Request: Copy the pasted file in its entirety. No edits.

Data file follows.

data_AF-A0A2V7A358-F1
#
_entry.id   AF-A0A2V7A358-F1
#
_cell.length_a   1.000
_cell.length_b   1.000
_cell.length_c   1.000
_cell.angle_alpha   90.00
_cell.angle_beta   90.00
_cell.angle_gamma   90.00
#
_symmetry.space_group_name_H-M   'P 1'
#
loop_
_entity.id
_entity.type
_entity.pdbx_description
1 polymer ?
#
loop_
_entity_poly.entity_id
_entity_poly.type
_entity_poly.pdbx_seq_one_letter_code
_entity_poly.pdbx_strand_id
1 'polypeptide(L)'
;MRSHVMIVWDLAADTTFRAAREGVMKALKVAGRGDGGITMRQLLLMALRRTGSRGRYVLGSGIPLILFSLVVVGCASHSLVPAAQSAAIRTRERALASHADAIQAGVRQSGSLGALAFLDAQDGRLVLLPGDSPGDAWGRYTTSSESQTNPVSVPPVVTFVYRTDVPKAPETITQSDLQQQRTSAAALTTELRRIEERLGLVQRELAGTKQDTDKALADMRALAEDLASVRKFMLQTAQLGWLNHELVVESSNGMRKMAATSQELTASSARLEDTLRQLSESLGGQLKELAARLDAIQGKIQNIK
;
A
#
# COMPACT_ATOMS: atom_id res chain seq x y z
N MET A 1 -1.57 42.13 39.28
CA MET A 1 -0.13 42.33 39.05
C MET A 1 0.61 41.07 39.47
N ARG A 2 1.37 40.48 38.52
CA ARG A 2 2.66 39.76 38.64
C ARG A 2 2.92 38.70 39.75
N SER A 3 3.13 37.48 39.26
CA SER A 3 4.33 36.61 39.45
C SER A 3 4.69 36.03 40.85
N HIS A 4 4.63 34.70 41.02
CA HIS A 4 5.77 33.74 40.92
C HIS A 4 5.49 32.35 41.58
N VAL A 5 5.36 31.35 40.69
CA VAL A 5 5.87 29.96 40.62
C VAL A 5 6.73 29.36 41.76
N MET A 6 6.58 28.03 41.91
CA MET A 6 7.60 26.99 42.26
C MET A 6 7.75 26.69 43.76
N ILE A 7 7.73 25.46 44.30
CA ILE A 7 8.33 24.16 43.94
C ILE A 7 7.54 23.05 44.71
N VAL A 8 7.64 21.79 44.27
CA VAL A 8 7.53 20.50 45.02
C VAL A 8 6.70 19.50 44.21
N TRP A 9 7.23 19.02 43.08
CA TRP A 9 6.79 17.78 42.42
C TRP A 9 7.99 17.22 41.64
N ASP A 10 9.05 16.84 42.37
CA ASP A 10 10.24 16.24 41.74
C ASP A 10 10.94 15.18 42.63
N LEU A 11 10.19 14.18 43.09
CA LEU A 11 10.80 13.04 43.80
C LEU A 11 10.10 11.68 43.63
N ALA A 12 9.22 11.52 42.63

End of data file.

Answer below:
data_AF-A0A2V7A358-F1
#
_entry.id   AF-A0A2V7A358-F1
#
_cell.length_a   1.000
_cell.length_b   1.000
_cell.length_c   1.000
_cell.angle_alpha   90.00
_cell.angle_beta   90.00
_cell.angle_gamma   90.00
#
_symmetry.space_group_name_H-M   'P 1'
#
loop_
_entity.id
_entity.type
_entity.pdbx_description
1 polymer ?
#
loop_
_entity_poly.entity_id
_entity_poly.type
_entity_poly.pdbx_seq_one_letter_code
_entity_poly.pdbx_strand_id
1 'polypeptide(L)'
;MRSHVMIVWDLAADTTFRAAREGVMKALKVAGRGDGGITMRQLLLMALRRTGSRGRYVLGSGIPLILFSLVVVGCASHSLVPAAQSAAIRTRERALASHADAIQAGVRQSGSLGALAFLDAQDGRLVLLPGDSPGDAWGRYTTSSESQTNPVSVPPVVTFVYRTDVPKAPETITQSDLQQQRTSAAALTTELRRIEERLGLVQRELAGTKQDTDKALADMRALAEDLASVRKFMLQTAQLGWLNHELVVESSNGMRKMAATSQELTASSARLEDTLRQLSESLGGQLKELAARLDAIQGKIQNIK
;
A
#
# COMPACT_ATOMS: atom_id res chain seq x y z
N MET A 1 -1.57 42.13 39.28
CA MET A 1 -0.13 42.33 39.05
C MET A 1 0.61 41.07 39.47
N ARG A 2 1.37 40.48 38.52
CA ARG A 2 2.66 39.76 38.64
C ARG A 2 2.92 38.70 39.75
N SER A 3 3.13 37.48 39.26
CA SER A 3 4.33 36.61 39.45
C SER A 3 4.69 36.03 40.85
N HIS A 4 4.63 34.70 41.02
CA HIS A 4 5.77 33.74 40.92
C HIS A 4 5.49 32.35 41.58
N VAL A 5 5.36 31.35 40.69
CA VAL A 5 5.87 29.96 40.62
C VAL A 5 6.73 29.36 41.76
N MET A 6 6.58 28.03 41.91
CA MET A 6 7.60 26.99 42.26
C MET A 6 7.75 26.69 43.76
N ILE A 7 7.73 25.46 44.30
CA ILE A 7 8.33 24.16 43.94
C ILE A 7 7.54 23.05 44.71
N VAL A 8 7.64 21.79 44.27
CA VAL A 8 7.53 20.50 45.02
C VAL A 8 6.70 19.50 44.21
N TRP A 9 7.23 19.02 43.08
CA TRP A 9 6.79 17.78 42.42
C TRP A 9 7.99 17.22 41.64
N ASP A 10 9.05 16.84 42.37
CA ASP A 10 10.24 16.24 41.74
C ASP A 10 10.94 15.18 42.63
N LEU A 11 10.19 14.18 43.09
CA LEU A 11 10.80 13.04 43.80
C LEU A 11 10.10 11.68 43.63
N ALA A 12 9.22 11.52 42.63